Indeed, customers expect to start and end their journey on their terms. In many cases, their journey begins on a digital channel – be that via a web, mobile or social touchpoint.
But many of these journeys are still supported by, or are ultimately completed in, the physical store. This further reinforces the notion that businesses need to adopt an omnichannel approach before it is too late.
Evidently, developing the foundations to connect offline and online channels is no longer a nice-to-have but a necessity. Businesses need modern PoS solutions – like our own K3 Imagine – to anchor omnichannel experiences before it’s too late.
But even then, customer demands are ever-changing and as time goes on, it’s going to become harder to adapt and serve them. For instance, customers are increasingly expecting more personalised experiences…
Join us next time as we delve into the role that Artificial Intelligence (AI) plays in delivering hyper personalised experiences!
Gartner, Market Guide for Unified Commerce Platforms Anchored by PoS for Tier 1 and Tier 2 Retailers, Max Hammond, 2nd August 2021.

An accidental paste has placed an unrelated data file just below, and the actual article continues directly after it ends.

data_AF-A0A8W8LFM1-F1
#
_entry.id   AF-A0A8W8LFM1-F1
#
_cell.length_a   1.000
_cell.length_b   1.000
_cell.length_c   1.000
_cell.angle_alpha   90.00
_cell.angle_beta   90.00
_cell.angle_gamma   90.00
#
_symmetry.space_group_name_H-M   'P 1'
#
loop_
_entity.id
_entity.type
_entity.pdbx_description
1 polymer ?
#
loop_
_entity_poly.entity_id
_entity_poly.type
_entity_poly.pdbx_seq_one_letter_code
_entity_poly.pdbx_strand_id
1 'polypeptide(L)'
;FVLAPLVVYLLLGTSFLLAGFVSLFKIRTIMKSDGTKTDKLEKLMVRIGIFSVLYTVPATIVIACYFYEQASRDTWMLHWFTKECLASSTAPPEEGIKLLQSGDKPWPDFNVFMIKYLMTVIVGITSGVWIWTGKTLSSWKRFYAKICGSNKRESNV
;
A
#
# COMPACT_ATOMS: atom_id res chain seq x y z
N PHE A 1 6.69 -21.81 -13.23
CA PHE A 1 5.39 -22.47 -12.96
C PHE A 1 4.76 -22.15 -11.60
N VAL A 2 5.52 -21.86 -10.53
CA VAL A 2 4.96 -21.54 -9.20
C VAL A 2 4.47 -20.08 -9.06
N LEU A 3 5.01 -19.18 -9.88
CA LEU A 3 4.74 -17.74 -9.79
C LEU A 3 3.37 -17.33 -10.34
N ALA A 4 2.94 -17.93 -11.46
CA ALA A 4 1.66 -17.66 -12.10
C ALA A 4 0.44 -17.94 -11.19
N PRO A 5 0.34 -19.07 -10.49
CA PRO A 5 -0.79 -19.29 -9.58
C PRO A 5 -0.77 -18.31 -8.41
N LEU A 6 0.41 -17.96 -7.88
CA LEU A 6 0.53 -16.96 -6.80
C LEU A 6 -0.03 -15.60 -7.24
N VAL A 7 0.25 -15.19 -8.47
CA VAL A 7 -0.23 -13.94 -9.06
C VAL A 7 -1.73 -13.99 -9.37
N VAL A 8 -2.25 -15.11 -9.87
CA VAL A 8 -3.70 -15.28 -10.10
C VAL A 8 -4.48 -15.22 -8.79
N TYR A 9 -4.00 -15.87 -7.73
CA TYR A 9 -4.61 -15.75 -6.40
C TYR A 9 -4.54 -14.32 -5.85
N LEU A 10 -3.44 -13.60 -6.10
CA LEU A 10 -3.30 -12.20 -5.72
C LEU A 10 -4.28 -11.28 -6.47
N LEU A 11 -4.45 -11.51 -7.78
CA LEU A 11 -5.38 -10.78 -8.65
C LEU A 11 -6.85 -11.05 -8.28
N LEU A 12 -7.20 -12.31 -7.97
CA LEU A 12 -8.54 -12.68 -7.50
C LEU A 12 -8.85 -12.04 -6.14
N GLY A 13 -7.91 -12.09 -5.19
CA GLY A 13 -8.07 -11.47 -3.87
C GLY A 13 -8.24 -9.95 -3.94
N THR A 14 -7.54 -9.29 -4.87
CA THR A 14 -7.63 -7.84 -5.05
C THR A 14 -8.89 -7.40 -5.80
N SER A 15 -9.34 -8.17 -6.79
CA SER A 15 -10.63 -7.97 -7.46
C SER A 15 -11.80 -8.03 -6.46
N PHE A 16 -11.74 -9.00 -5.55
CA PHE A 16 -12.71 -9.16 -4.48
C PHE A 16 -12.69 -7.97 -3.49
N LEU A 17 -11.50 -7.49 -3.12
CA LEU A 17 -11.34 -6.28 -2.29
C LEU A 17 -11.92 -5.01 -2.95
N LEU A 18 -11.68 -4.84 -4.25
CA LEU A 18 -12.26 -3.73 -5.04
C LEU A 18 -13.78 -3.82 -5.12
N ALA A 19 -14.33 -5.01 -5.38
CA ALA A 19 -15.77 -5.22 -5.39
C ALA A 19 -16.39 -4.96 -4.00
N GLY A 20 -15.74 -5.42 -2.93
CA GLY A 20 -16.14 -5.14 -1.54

Gartner does not endorse any vendor, product or service depicted in its research publications and does not advise technology users to select only those vendors with the highest ratings or other designation. Gartner research publications consist of the opinions of Gartner’s Research & Advisory organisation and should not be construed as statements of fact. Gartner disclaims all warranties, expressed or implied, with respect to this research, including any warranties of merchantability or fitness for a particular purpose.
GARTNER is a registered trademark and service mark of Gartner, Inc. and/or its affiliates in the US and internationally, and is used herein with permission. All rights reserved.